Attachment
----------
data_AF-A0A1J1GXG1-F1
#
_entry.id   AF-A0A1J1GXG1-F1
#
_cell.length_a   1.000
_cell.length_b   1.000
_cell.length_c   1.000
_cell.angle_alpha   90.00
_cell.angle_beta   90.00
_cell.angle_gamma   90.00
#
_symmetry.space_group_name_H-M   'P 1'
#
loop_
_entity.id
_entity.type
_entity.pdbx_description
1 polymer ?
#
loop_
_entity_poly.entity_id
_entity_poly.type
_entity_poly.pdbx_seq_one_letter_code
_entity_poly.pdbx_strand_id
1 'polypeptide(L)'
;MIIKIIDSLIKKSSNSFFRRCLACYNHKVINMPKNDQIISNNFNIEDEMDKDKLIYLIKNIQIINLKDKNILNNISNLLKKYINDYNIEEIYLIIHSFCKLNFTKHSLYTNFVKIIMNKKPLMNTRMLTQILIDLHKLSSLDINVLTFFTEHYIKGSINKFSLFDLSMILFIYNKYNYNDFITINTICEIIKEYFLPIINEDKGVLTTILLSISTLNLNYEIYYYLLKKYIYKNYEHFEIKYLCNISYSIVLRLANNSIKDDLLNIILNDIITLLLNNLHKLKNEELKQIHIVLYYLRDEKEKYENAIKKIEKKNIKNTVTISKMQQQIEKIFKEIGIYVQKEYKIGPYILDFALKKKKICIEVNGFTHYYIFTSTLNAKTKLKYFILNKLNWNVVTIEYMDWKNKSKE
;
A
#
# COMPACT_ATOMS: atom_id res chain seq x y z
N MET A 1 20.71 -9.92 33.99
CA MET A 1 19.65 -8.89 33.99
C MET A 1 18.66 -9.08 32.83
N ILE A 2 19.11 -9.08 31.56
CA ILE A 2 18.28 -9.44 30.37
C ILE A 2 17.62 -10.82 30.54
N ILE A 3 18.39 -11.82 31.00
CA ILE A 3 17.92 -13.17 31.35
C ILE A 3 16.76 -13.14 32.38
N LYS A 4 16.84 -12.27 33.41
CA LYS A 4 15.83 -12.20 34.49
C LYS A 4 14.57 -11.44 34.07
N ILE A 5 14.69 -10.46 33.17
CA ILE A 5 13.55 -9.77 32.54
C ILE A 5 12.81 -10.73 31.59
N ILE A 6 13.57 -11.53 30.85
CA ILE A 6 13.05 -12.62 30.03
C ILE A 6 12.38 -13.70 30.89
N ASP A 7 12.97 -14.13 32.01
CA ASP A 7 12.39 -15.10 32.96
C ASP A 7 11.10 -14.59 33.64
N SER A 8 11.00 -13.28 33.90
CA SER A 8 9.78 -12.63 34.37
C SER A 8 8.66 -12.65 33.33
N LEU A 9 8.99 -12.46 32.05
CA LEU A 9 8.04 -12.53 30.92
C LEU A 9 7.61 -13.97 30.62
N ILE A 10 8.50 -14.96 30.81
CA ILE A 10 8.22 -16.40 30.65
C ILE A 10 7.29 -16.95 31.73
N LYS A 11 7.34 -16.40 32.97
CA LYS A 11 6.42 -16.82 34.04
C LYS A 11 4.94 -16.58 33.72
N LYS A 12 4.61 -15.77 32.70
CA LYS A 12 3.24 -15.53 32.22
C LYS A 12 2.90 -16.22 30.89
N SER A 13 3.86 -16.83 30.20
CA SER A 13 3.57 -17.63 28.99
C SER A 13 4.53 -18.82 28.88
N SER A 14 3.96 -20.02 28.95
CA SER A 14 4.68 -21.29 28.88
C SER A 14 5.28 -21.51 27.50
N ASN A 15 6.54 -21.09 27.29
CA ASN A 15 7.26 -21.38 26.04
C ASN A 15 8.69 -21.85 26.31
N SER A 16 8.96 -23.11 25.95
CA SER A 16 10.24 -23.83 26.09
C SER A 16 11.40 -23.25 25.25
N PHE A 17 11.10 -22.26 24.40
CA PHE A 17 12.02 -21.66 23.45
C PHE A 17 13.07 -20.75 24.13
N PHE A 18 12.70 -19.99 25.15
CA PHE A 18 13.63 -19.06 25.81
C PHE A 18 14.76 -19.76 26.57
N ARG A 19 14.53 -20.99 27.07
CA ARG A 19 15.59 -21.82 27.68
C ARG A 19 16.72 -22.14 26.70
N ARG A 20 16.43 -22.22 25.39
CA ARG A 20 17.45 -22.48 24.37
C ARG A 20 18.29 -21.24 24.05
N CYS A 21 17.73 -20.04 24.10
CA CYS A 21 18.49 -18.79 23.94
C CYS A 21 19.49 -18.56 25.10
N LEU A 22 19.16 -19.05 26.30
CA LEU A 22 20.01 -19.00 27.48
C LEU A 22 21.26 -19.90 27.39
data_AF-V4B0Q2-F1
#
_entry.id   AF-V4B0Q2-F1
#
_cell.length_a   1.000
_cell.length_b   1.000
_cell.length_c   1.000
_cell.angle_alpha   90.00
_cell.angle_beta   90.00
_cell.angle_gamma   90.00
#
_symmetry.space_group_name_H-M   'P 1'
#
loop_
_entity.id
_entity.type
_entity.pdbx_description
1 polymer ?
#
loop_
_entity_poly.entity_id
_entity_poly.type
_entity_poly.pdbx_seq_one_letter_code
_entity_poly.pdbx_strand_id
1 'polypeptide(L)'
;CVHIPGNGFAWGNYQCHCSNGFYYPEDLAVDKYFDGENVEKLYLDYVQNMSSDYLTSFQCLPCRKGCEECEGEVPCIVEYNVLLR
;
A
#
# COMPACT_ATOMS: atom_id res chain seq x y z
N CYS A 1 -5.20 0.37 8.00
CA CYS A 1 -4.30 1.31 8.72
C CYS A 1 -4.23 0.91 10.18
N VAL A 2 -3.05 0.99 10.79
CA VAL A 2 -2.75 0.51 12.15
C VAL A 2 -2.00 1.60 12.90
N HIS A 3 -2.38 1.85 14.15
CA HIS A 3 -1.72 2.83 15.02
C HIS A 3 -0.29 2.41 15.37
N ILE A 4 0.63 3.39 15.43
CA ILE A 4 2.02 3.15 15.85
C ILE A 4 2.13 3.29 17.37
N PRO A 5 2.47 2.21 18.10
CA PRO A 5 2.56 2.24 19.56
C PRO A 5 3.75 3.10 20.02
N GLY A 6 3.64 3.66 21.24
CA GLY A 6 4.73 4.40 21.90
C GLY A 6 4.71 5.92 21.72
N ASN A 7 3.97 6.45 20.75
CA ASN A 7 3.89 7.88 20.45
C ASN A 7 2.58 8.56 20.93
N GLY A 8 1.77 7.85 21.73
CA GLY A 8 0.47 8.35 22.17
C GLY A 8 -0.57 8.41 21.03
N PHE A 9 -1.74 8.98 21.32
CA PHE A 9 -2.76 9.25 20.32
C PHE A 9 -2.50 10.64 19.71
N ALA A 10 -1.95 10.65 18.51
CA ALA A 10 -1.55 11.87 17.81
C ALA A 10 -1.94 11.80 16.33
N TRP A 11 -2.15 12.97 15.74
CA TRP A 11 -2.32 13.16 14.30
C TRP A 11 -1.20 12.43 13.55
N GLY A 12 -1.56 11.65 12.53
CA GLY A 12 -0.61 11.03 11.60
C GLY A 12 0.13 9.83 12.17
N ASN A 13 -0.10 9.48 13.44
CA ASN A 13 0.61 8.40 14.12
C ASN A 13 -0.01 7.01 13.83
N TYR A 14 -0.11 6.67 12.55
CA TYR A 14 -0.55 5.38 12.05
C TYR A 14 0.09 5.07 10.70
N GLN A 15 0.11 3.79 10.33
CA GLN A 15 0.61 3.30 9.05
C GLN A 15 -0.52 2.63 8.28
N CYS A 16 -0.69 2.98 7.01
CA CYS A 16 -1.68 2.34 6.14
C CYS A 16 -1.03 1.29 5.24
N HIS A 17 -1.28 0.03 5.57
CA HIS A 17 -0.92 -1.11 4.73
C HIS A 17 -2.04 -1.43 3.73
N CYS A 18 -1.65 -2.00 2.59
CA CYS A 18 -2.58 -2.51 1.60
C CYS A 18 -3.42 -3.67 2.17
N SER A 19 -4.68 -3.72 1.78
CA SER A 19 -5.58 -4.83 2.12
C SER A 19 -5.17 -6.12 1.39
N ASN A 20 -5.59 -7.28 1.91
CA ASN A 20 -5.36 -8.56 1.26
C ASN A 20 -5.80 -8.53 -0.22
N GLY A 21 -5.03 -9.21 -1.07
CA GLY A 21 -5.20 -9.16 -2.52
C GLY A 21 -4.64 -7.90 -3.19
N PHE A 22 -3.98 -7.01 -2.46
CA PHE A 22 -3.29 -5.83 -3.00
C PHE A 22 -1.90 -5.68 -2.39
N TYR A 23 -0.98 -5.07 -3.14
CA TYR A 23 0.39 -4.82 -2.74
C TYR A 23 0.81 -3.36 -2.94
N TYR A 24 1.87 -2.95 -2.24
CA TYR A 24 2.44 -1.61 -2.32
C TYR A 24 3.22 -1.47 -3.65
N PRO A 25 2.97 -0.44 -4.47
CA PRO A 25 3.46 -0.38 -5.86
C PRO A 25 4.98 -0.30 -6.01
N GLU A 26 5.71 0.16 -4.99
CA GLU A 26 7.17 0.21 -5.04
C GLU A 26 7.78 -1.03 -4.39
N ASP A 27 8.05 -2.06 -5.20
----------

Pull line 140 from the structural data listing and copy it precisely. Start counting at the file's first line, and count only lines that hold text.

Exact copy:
CA PRO A 5 2.56 2.24 19.56